Queckenstedt's test

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Related to Queckenstedt's maneuver: Queckenstedt's test

Queckenstedt's test

 [kwek´en-stets″]
when the veins in the neck are compressed on one or both sides there is a rapid rise in the pressure of the cerebrospinal fluid of healthy persons, and this rise quickly disappears when pressure is taken off the neck. But when there is a block in the spinal canal the pressure of the cerebrospinal fluid is affected little or not at all by the maneuver.

Queckenstedt's test

[kwek′ənstets]
Etymology: Hans H.G. Queckenstedt, German physician, 1876-1918
a test for an obstruction in the spinal canal in which the jugular veins on each side of the neck are compressed alternately. The pressure of the spinal fluid is measured by a manometer connected to a lumbar puncture needle or catheter. Normally, occlusion of the veins of the neck causes an immediate rise in spinal fluid pressure. If the vertebral canal is blocked, no rise occurs. If increased intracranial pressure is suspected, this test should not be performed. See also spinal canal.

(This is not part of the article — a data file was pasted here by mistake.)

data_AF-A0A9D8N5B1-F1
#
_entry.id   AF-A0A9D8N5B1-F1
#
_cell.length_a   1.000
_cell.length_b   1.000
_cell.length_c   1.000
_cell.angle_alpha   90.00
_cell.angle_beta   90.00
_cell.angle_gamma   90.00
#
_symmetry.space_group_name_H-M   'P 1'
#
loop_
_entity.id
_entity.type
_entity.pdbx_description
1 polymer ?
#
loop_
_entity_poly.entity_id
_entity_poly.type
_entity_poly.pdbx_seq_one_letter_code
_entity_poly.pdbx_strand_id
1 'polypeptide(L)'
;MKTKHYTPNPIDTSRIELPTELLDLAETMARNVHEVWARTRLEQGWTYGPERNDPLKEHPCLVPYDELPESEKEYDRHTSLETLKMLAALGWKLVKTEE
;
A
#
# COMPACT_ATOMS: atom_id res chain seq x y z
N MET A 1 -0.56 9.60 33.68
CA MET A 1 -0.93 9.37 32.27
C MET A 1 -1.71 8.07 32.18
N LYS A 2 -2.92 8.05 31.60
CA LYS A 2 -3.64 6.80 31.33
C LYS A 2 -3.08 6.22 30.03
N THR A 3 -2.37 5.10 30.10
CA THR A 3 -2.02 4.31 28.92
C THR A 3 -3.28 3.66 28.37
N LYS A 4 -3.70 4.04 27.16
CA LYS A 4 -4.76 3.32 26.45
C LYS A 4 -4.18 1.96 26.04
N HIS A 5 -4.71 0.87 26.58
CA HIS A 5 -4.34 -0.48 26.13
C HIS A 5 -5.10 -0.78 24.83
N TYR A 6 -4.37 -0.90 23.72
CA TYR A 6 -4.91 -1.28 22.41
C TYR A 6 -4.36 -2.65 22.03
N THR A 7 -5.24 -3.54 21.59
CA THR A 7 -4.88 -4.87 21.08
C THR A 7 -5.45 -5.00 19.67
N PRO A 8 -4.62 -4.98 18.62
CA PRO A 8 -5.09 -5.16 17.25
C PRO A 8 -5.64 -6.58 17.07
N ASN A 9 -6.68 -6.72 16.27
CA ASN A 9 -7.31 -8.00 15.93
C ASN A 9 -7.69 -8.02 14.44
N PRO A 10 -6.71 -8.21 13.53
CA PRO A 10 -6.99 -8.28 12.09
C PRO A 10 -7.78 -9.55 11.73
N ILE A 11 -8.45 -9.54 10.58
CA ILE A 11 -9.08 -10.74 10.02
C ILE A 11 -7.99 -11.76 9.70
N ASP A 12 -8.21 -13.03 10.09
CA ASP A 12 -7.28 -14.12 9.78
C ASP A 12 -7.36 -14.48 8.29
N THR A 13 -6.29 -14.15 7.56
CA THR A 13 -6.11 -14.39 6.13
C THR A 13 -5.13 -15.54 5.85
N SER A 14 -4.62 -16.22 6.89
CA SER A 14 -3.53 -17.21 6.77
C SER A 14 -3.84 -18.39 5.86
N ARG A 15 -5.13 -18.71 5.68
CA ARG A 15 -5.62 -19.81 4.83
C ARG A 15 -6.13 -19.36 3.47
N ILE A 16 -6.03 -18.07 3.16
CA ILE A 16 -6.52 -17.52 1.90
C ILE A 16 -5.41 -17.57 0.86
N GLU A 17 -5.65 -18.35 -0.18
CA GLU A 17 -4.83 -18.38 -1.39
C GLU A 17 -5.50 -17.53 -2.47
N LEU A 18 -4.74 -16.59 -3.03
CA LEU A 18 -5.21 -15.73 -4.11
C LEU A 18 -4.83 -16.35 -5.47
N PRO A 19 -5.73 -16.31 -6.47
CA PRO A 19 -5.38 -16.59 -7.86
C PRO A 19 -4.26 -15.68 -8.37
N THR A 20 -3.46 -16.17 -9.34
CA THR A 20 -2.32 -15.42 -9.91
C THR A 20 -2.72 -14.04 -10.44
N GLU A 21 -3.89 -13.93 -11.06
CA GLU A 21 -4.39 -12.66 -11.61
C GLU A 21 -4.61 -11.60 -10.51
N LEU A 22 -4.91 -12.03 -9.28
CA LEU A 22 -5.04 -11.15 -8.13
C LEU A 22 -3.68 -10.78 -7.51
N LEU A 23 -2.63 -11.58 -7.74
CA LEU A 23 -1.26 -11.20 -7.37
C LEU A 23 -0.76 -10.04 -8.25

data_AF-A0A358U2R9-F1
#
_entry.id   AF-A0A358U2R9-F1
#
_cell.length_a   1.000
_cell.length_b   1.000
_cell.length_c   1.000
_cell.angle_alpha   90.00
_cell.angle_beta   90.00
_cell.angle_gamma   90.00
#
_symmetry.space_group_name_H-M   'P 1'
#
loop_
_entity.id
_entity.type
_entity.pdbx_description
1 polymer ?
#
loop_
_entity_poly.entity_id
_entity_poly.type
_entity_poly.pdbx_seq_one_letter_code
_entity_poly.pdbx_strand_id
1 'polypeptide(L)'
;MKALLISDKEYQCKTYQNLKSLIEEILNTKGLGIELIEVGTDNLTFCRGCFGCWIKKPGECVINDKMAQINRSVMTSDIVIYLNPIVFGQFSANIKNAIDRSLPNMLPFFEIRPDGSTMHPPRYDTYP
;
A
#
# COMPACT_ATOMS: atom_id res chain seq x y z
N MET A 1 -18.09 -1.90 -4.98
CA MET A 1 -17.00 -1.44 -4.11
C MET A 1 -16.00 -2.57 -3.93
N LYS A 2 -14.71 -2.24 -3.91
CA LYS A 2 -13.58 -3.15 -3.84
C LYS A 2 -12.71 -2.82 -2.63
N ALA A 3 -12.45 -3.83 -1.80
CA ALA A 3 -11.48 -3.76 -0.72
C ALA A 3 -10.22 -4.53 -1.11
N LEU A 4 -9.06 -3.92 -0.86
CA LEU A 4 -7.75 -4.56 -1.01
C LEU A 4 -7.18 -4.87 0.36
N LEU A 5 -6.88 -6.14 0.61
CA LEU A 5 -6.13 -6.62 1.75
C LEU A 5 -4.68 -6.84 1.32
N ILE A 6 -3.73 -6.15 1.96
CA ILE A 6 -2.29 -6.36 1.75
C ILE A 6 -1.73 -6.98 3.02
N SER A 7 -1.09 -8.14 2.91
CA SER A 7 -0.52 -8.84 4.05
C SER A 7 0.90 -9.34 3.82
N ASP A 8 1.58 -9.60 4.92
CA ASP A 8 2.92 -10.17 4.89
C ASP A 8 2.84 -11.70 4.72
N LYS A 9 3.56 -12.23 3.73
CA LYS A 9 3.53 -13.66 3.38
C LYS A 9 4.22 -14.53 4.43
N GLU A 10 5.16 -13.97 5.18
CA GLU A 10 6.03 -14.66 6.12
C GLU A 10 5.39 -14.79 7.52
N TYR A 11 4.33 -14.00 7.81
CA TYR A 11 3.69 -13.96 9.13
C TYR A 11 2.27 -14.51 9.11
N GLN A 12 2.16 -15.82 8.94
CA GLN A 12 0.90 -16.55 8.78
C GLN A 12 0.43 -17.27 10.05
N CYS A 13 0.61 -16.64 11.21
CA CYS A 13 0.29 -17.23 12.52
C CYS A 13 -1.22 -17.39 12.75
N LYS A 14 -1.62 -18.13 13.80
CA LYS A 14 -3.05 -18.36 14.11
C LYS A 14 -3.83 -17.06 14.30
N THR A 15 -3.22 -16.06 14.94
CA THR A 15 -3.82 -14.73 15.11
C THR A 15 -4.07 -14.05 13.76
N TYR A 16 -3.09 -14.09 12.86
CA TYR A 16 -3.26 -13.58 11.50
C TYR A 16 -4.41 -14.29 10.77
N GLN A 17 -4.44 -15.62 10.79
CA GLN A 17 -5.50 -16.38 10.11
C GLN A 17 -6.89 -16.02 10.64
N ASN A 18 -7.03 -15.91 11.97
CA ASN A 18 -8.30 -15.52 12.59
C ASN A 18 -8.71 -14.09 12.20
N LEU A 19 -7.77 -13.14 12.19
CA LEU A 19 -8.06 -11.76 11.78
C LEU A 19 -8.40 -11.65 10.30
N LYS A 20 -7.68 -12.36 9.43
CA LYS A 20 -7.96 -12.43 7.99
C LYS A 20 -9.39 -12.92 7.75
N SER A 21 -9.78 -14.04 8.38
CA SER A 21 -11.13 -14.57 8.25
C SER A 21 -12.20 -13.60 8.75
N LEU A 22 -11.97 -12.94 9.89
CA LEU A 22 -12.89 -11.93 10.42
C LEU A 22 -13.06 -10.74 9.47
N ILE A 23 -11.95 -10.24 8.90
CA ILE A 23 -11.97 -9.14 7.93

Queckenstedt's test

A test used to detect a block in the circulation of CEREBROSPINAL FLUID in the spinal canal. While performing a LUMBAR PUNCTURE and measuring the pressure in the CSF, one of the jugular veins is briefly compressed. The pressure in the CSF should rise if there is no obstruction. (Hans Heinrich Georg Queckenstedt, 1876–1918, German physician).

Queckenstedt's test

when the veins in the neck are compressed on one or both sides there is a rapid rise in the pressure of the cerebrospinal fluid of healthy animals, and this rise quickly disappears when pressure is taken off the neck. But when there is a block in the spinal canal the pressure of the cerebrospinal fluid is affected little or not at all by the maneuver.